Protecting biodiversity

Snam considers safeguarding nature in the areas where it operates to be of particular importance. For this reason, while construction works are in progress, it implements the most suitable design choices to minimise the biodiversity impacts generated. Once completed, it conducts environmental remediation works and monitoring projects, carried out in agreement and in cooperation with the entities in charge.

The objective of the vegetation restoration, in particular reforestation, is not merely to reconstitute forest areas but to reconstitute the landscape in general and to revive the biological functionality of vegetated areas, understood especially in their role of habitats for the fauna with specific biodiversity characteristics. Restoration and reforestation are followed by the execution of “plant care”, i.e., caring for and maintaining the bedded-out plants for a period of at least five years.

Monitoring projects concern the extensions of some methane pipelines that interfere, even marginally, with the natural local areas high in fauna and ecological value, and they are geared towards the verification of the process of re-naturalising areas affected by works, based on a comparison of conditions after the restoration (“post-completion”) and the original conditions (“pre-completion”).

Monitoring is normally performed for the most significant habitats identified in the design phase.

Natura 2000 is the main instrument in the European Union’s policy for preserving biodiversity. It was established pursuant to the Directive 92/43/EEC “Habitat” to preserve natural habitats at a Community level.

The Natura 2000 network is made up of Sites of Community Importance (SCI), which are then designated as Special Areas of Conservation (SAC), and also includes the Special Protection Areas (SPA).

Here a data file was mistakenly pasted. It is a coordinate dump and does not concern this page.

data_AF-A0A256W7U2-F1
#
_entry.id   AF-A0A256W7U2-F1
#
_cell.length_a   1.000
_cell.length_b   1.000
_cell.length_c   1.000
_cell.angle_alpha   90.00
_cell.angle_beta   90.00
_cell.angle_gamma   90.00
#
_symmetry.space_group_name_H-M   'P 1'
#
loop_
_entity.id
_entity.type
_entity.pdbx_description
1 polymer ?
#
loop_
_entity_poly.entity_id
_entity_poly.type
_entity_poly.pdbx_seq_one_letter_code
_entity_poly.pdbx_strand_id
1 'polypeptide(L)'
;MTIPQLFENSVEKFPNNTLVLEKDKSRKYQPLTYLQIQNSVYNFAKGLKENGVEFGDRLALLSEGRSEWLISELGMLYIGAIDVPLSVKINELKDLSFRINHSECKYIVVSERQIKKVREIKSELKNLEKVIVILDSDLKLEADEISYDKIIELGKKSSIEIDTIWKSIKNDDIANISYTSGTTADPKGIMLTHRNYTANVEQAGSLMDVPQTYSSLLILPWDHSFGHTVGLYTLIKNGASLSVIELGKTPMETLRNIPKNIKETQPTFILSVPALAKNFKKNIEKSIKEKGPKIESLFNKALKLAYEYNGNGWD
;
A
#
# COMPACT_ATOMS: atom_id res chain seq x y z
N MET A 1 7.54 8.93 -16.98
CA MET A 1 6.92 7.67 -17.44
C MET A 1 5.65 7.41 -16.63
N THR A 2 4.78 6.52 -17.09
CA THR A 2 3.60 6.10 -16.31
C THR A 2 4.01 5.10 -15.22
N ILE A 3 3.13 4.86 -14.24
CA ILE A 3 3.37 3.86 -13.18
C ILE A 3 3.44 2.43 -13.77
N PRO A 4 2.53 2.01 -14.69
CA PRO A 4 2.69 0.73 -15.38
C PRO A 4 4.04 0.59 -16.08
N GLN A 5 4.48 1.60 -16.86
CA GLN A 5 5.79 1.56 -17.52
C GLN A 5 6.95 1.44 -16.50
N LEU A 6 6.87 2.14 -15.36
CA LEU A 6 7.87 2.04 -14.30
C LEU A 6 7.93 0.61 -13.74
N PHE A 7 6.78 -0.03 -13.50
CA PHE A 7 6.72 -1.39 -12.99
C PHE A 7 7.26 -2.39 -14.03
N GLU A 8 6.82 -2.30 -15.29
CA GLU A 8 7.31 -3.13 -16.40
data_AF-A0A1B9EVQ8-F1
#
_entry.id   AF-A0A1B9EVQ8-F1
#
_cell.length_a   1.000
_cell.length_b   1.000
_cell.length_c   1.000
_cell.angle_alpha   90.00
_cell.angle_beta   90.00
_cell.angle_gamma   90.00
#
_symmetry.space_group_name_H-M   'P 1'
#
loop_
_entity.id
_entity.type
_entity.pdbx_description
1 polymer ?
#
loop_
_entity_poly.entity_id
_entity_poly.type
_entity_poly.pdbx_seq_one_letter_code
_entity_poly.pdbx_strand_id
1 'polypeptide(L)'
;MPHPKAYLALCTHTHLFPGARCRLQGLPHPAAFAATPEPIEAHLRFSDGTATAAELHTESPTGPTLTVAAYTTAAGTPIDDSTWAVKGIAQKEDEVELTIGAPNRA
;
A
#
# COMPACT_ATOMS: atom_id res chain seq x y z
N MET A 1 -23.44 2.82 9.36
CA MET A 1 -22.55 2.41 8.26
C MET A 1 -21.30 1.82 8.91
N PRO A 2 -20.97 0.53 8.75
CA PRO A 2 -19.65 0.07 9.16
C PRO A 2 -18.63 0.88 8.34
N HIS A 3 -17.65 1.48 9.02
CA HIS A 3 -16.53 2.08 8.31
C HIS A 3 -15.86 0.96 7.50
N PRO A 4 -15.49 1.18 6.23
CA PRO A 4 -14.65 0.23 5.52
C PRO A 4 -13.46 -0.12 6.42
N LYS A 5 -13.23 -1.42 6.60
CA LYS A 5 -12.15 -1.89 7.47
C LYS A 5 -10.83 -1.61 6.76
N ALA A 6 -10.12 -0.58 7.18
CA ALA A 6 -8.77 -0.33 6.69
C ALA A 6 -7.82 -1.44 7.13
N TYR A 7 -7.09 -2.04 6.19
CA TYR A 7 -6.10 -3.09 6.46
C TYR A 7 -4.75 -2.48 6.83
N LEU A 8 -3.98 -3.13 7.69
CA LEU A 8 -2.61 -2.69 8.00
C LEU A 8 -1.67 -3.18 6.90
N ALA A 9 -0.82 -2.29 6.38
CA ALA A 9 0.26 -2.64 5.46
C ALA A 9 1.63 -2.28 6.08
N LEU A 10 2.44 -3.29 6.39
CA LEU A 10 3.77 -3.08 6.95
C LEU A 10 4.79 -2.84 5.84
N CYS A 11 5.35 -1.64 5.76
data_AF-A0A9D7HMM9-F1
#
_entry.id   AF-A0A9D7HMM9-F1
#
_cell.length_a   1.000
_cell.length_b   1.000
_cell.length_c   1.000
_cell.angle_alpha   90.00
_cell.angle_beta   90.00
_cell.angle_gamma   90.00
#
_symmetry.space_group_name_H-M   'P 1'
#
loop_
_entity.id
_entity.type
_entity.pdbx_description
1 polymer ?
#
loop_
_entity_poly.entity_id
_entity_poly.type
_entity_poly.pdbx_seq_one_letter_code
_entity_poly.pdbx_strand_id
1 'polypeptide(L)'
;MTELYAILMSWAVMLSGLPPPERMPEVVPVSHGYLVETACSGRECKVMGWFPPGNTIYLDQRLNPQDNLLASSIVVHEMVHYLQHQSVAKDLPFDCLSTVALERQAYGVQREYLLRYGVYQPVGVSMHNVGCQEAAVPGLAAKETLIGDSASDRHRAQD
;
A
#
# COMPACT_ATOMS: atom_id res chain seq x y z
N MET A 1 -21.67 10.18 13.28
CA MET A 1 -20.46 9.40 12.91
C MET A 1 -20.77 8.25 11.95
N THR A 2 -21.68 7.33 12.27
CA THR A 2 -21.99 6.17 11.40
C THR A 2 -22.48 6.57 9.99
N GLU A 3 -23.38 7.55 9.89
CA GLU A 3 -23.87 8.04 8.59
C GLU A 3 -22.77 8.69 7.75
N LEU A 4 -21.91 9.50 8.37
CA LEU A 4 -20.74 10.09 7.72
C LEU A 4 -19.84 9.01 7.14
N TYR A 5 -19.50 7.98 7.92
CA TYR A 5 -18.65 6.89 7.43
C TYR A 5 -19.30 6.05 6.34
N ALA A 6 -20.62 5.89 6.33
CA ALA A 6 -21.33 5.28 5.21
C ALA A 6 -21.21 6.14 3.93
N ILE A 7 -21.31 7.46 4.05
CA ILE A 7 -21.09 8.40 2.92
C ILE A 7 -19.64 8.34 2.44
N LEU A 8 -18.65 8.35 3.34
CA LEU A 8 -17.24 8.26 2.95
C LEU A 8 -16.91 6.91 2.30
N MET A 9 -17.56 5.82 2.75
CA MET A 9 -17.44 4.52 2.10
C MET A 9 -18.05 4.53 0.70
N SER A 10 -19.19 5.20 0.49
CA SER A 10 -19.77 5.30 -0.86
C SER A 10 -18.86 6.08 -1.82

The areas are not rigidly protected reserves where human activities are not allowed, in 2017, approximately 12.6 km of gas pipelines affected these areas.

During 2017, work continued for the construction of the Cervignano – Mortara pipeline, an important gas pipeline covering 61.7 km (with underground pipes measuring 1,400 mm in diameter), which runs through farm areas of Lombardy between the provinces of Lodi, Milan, and Pavia.

A few smaller diameter variation lines are connected to it for an overall length of 38.5 km.

Decommissioning is planned for the Sergnano – Mortara DN 750 pipeline upon completion of the works for a total length of 56.1 km and related variation works for an overall length of 21.7 km.

The pipeline crosses predominantly farm areas, which will be fully restored at the end of the work and returned to their original use, and over the protected area of the Ticino Park.

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2017 Natura 2000 sites affected by the pipeline routing

Special Protection Areas /Sites of Community Importance


Severe and wet areas of Brenta


Valli di Comacchio [Comacchio lagoons]


Valle del Mezzano [Mezzano valley]


Paludi del Brusà [Brusa Swamps]


Gessi Bolognesi, Calanche dell’Abbadessa


Basso Corso and Banks of the Ticino/Ticino Forest


Ex-sugar factory basin of Argelato and Golena of the Reno River


Valloni and Steppe Pedegarganiche/Headlands of Gargano


Fiumara di Melito




Distance covered by pipelines
in Natura 2000 networking sites (km)

Distance covered by pipelines in natura 2000 networking sites (km) (Bar chart)
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Environmental restoration and monitoring (network km)






Surface area covered by new reforestation: 380,000 m2.





New reforestation *




Plant care




Environmental monitoring




Protecting biodiversity along the “Cervignano-Mortara” pipeline